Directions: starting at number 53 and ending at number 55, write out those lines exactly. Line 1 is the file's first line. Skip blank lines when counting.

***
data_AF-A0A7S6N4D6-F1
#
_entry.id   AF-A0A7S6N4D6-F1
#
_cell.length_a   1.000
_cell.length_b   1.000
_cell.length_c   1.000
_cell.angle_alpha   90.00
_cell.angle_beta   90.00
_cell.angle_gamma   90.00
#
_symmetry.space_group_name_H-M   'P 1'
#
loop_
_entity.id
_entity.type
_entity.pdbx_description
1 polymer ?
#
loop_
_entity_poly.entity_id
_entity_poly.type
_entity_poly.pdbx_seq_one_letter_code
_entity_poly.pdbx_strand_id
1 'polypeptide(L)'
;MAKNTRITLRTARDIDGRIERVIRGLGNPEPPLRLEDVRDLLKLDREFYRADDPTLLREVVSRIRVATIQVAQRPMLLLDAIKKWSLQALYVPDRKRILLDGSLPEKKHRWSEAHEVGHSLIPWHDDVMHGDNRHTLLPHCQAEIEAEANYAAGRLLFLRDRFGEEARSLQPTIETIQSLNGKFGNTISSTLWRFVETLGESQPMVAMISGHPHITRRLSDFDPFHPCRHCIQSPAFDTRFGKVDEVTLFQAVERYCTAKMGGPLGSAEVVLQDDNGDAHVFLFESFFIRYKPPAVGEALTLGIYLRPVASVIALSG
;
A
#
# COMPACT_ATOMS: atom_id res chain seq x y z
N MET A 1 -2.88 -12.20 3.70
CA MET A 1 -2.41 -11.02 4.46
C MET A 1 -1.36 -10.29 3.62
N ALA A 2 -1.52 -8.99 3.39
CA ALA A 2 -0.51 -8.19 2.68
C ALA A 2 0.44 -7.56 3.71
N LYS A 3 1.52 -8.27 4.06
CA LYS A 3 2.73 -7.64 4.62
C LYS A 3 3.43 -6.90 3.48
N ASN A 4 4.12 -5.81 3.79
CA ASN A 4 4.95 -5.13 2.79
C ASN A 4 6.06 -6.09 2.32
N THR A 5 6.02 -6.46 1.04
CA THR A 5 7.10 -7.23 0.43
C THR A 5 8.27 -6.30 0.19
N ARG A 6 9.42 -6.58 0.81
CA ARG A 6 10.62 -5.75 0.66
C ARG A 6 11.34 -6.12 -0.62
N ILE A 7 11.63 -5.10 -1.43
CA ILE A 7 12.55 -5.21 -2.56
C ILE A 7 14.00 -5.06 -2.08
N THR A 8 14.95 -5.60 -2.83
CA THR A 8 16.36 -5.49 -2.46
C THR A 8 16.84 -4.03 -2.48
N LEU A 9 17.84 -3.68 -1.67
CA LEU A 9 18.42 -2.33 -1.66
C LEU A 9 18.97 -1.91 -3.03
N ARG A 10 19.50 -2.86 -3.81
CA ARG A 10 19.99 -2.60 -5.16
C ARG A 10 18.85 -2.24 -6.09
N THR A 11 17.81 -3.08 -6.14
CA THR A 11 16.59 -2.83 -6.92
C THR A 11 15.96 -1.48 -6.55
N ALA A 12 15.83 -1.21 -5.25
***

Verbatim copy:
CA THR A 8 16.36 -5.49 -2.46
C THR A 8 16.84 -4.03 -2.48
N LEU A 9 17.84 -3.68 -1.67